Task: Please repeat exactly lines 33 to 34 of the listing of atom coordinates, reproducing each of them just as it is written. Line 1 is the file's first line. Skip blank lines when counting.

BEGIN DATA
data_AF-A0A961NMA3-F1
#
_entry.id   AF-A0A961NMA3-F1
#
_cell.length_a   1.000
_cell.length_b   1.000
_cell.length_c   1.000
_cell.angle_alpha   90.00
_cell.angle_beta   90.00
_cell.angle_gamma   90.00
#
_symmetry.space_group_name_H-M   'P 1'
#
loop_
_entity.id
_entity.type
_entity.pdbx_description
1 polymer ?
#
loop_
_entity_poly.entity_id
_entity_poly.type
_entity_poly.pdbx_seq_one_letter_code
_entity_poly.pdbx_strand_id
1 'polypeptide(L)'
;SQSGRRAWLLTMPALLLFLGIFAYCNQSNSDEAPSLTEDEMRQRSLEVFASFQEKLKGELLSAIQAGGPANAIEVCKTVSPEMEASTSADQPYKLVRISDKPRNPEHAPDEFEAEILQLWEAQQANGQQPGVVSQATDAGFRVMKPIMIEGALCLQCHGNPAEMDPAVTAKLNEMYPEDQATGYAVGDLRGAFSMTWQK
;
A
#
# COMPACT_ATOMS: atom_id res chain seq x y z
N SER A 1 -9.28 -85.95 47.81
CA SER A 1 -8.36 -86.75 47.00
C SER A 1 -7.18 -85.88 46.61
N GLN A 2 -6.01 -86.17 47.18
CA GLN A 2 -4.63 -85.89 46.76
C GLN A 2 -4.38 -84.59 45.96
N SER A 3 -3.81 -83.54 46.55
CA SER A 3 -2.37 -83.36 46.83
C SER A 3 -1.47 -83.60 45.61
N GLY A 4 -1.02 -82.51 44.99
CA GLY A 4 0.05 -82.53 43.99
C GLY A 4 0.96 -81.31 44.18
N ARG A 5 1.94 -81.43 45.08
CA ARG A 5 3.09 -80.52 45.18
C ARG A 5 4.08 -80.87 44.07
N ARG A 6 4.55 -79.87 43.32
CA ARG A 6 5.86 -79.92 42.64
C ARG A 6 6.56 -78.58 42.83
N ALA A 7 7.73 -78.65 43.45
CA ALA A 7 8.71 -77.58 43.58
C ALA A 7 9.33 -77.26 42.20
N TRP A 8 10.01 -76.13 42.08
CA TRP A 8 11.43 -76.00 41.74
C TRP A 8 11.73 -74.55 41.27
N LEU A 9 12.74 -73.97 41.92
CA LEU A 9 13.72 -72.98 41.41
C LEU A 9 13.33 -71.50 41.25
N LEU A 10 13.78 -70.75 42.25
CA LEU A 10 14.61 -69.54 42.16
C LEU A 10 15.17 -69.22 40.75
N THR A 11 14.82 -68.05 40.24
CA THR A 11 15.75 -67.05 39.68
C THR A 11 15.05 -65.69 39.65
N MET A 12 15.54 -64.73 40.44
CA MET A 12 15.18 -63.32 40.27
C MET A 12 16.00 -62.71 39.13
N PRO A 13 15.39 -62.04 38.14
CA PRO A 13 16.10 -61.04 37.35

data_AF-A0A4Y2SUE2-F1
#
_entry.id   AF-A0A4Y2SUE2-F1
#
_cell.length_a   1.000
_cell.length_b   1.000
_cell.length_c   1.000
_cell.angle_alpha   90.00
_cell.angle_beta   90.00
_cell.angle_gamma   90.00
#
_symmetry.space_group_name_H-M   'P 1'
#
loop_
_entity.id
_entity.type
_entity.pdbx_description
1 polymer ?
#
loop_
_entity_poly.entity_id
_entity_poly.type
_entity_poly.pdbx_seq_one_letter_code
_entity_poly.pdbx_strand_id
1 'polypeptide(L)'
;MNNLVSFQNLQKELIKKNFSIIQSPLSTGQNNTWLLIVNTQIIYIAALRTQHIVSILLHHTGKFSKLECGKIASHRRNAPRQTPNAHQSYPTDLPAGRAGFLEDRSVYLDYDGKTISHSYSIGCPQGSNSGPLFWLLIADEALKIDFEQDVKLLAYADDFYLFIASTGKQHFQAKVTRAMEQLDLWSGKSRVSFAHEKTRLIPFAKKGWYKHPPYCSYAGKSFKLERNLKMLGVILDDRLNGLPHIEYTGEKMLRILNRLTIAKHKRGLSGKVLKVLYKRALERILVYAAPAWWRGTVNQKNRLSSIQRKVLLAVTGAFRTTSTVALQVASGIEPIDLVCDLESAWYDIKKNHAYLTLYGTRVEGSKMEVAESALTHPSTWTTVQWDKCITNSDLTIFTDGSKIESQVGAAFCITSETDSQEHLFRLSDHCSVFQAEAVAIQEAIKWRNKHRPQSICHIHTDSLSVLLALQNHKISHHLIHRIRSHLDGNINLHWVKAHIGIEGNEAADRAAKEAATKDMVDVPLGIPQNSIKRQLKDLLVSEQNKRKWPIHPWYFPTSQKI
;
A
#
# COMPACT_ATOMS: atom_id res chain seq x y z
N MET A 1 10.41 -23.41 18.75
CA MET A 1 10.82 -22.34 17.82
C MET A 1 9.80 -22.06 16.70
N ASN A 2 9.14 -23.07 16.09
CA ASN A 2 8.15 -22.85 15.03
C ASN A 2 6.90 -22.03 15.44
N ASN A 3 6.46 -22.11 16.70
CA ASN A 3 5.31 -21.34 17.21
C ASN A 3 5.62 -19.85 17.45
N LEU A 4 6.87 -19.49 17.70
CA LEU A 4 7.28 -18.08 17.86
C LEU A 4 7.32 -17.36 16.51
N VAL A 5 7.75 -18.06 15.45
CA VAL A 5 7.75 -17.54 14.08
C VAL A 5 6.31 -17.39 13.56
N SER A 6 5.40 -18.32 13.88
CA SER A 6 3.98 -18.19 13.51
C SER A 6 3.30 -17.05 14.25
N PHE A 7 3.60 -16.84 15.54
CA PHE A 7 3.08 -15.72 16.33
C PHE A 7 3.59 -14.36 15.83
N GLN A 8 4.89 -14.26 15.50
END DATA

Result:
C SER A 1 -7.18 -85.88 46.61
N GLN A 2 -6.01 -86.17 47.18